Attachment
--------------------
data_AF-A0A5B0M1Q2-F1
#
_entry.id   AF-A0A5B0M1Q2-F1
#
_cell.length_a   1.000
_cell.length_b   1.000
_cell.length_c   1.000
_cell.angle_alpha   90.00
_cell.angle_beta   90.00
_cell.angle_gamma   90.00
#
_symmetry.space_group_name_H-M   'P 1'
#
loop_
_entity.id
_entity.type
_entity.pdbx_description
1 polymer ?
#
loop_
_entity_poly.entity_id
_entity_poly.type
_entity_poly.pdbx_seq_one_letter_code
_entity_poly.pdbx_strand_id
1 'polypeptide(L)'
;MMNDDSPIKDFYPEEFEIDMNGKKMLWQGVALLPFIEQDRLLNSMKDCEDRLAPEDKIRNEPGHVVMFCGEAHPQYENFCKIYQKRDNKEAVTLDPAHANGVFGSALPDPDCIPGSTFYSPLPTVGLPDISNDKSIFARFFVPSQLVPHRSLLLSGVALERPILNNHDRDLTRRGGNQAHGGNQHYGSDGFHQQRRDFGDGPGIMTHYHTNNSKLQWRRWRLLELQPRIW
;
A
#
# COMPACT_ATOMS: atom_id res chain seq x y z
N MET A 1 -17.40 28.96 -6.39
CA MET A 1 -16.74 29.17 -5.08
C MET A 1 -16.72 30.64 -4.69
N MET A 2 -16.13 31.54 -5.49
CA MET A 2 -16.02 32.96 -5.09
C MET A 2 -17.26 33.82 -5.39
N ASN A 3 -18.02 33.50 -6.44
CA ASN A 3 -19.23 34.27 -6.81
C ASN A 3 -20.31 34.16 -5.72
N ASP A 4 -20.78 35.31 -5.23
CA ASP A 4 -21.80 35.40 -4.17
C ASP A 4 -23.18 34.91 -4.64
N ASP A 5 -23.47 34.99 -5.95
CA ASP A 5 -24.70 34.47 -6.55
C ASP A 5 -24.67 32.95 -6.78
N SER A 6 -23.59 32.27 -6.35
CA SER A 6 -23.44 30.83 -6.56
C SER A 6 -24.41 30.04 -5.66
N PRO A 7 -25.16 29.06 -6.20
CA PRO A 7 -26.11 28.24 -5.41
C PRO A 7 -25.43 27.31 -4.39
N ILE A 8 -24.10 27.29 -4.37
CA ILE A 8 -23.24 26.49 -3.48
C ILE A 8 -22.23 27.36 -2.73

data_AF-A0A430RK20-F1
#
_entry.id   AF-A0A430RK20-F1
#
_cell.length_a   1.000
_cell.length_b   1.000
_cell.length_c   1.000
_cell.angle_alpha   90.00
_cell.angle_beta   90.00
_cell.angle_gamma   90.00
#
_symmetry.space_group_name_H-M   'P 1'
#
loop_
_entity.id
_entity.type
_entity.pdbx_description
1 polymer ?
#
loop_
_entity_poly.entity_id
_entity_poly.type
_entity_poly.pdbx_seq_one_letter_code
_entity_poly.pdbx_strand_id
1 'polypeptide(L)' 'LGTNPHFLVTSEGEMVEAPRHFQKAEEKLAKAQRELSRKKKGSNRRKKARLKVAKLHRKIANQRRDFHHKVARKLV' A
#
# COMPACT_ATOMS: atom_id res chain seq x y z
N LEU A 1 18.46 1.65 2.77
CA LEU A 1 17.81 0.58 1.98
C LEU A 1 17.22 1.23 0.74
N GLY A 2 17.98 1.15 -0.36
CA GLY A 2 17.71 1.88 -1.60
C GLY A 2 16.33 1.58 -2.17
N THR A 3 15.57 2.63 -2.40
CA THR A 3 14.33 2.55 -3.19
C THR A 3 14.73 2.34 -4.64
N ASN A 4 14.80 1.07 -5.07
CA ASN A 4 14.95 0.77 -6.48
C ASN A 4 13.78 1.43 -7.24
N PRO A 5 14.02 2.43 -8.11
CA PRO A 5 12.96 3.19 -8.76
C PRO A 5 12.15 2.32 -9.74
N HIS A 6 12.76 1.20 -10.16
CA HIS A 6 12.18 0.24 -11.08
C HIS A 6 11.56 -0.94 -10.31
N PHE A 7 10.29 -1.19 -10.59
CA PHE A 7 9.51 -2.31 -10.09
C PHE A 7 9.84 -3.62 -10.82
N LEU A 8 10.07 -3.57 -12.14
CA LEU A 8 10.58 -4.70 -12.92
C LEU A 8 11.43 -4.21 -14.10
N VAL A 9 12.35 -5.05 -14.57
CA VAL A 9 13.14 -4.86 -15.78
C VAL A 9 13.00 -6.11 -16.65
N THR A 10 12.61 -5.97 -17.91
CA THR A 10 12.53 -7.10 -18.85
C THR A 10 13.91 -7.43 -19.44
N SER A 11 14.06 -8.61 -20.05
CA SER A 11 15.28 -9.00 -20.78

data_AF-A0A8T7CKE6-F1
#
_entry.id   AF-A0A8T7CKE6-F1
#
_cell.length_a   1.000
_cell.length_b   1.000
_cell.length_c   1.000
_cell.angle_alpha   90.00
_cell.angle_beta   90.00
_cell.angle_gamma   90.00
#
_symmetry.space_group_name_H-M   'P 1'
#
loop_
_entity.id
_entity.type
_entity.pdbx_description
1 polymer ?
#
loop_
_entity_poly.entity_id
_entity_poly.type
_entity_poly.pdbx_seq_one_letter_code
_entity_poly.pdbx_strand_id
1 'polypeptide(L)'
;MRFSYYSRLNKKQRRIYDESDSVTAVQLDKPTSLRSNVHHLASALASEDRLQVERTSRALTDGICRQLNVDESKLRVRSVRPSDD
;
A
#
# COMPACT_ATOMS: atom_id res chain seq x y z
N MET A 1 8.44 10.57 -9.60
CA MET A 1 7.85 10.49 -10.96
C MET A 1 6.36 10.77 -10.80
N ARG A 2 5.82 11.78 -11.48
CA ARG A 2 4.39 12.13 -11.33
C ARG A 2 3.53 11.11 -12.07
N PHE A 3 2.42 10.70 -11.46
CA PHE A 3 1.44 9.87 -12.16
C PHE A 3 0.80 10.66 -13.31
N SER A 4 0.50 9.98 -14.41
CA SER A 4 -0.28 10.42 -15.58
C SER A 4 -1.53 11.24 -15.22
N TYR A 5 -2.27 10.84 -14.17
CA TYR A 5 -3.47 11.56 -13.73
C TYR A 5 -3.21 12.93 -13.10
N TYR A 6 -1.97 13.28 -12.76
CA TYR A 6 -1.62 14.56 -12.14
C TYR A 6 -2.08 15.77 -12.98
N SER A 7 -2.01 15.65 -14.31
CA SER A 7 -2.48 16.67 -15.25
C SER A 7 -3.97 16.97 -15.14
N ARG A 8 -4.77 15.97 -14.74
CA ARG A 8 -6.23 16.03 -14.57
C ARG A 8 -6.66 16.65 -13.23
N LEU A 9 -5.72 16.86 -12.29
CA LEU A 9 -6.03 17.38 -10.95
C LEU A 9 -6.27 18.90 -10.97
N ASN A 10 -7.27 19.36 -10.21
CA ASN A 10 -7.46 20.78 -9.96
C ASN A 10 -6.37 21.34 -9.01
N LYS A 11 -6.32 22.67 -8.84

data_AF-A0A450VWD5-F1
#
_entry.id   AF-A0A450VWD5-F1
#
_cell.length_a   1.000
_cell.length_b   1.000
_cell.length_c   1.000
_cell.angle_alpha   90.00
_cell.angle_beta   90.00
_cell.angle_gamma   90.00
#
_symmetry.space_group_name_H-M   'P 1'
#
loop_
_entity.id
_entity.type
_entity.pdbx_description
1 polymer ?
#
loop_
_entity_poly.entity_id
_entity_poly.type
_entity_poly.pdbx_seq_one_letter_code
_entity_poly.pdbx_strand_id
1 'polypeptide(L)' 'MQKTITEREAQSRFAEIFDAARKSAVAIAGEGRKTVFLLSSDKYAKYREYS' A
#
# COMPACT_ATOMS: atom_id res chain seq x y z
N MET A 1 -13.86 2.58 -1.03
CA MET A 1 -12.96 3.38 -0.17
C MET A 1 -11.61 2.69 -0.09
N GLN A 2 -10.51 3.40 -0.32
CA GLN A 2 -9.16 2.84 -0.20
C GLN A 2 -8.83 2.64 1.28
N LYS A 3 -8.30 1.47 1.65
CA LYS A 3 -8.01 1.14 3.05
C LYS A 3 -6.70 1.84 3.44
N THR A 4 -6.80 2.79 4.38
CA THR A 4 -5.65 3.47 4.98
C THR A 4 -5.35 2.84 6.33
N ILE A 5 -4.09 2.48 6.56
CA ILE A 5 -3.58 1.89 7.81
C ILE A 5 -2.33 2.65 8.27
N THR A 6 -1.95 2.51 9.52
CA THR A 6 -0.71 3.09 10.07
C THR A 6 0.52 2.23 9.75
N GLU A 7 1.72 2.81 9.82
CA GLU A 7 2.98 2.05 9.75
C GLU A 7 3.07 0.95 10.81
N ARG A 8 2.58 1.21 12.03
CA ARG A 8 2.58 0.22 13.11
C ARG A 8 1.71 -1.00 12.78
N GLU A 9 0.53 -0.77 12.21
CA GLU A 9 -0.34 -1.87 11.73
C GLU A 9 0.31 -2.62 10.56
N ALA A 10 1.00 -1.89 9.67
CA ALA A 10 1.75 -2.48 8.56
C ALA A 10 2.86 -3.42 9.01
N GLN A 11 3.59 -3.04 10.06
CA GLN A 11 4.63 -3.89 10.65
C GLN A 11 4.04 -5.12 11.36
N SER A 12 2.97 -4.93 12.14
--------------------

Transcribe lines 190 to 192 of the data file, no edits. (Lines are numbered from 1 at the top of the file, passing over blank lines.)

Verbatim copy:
_entity.type
_entity.pdbx_description
1 polymer ?